All applications anywhere start the same way (although the parameters can of course differ). The command line is merely the exposed interaction between processes, between applications. It gives you the opportunity to 'jump in' and do things your way.

There were no graphics interfaces in widespread use in the beginning of the 1970s. Computer hardware wasn't advanced enough. Ken Thompson deliberately designed the Unix commands to be as cryptic as can be - not because he was esoteric but because he didn't want to have to type too much.

Mostly he removed vowels from ordinary command words. 'Remove' became 'rm'. 'Move' became 'mv'. 'Copy' became 'cp'. And so forth.

Ken was once asked if he would change anything if he could do it all over again and he famously quipped 'I'd add an 'e' to the end of create()'. creat() is a system API for creating files and he even chopped the 'e' off the end. But this wasn't a fetish on Ken's part - this was a purely practical matter. To improve workflow.



Look into the four standard locations for Unix command line programs and you'll find a lot of the same thing. From /bin:

bashBourne again shellmkdirmake directory
catcatenatepsprocess status
chmodchange modepwdprint working directory
launchctllaunch controlrmdirremove directory
lnlinkshshell

The same thing in /usr/bin, /sbin, and /usr/sbin. These command line programs are the stuff of Unix on Mac OS X 10.6 - all 1,028 of them. 1,028 programs. With much more than 1,028 possibilities. Many of them are legacy Unix dating 'way back'; many are Apple's own (or inherited from NeXT) and they're all there because they're supposed to be used. By you.

You don't have to be a systems or device driver programmer to be a hacker. Hacking is a state of mind more than a level of expertise. Hacking is like cooking: you create your own meals from scratch and you experiment because it's fun and because it's hopefully beneficial. It's the experimentation that's important. That's how progress comes about.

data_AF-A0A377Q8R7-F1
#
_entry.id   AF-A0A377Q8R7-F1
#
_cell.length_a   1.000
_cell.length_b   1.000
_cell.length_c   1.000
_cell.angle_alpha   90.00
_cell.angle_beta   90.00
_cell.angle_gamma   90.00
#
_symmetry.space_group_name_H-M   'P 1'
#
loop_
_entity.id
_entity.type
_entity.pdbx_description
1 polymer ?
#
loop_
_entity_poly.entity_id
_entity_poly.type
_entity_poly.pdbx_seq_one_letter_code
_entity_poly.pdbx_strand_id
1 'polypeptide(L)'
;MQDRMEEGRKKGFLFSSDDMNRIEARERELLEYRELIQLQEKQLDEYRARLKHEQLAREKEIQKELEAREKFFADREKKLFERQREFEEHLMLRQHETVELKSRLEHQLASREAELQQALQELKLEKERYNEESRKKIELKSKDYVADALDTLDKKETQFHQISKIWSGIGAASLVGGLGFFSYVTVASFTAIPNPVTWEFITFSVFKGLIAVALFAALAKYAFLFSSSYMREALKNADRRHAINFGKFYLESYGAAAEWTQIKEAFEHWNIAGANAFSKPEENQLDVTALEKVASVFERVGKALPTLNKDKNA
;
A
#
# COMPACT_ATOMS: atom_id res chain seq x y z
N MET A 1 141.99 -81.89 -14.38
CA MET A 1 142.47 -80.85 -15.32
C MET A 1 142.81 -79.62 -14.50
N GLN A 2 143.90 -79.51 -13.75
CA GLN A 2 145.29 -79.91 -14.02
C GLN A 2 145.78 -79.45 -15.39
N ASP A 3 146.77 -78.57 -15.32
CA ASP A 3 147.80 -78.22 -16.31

And as Bell Labs programmer Brian Kernighan pointed out time and again in his own books, experimentation leads to helpful tools which in turn make it easier to keep on experimenting, which in turn leads to even more (and even better) tools, and so forth. And things keep on cycling in that fashion. That's what it's about - improve your workflow, find out as you do that there are further ways to further improve that workflow, so you keep pushing and prodding, and you end up finding out even more about your workflow (and your system) and so forth.

cd ~ (AND DON'T WANDER OFF)

Apple have 1.028 Unix commands on disk in Mac OS X 10.6 Snow Leopard but they don't really like that. They'd really rather you knew nothing about these files at all. They've worked hard to make it as difficult as possible for you to get to them. They try to keep you closed into your tidy own 'home area'. And there's also a good reason for this as well as several bad: they don't want to frighten off new adopters. First timers confronted with an array of 1,028 command files? Where to start? Their tired eyes would start to water over.

But the files are there, and they're there for the taking, and over 150 Apple engineers use CLIX themselves, so there must be something to it. Right?

Future articles in this series may hopefully review (for the umpteenth time) exactly how one goes about 'legally hacking' one's own Mac. For there's a very simple (and innocuous) way to go about it.

Unix is basically a simple operating system but you have to be a genius to understand the simplicity.
 - Dennis Ritchie

See Also
Wikipedia: Hacking

Dennis Ritchie: An amusing photo
Dennis Ritchie: Letter from Washington
National University of Singapore Hackers

Rixstep Industry Watch: CLIX 2.0.0.14

Learning Curve: 1st Time CLIX?
CLIX: The #1 Power Tool for OS X
Google: CLIX Articles at Rixstep.com
Learning Curve: CLIX False Beginners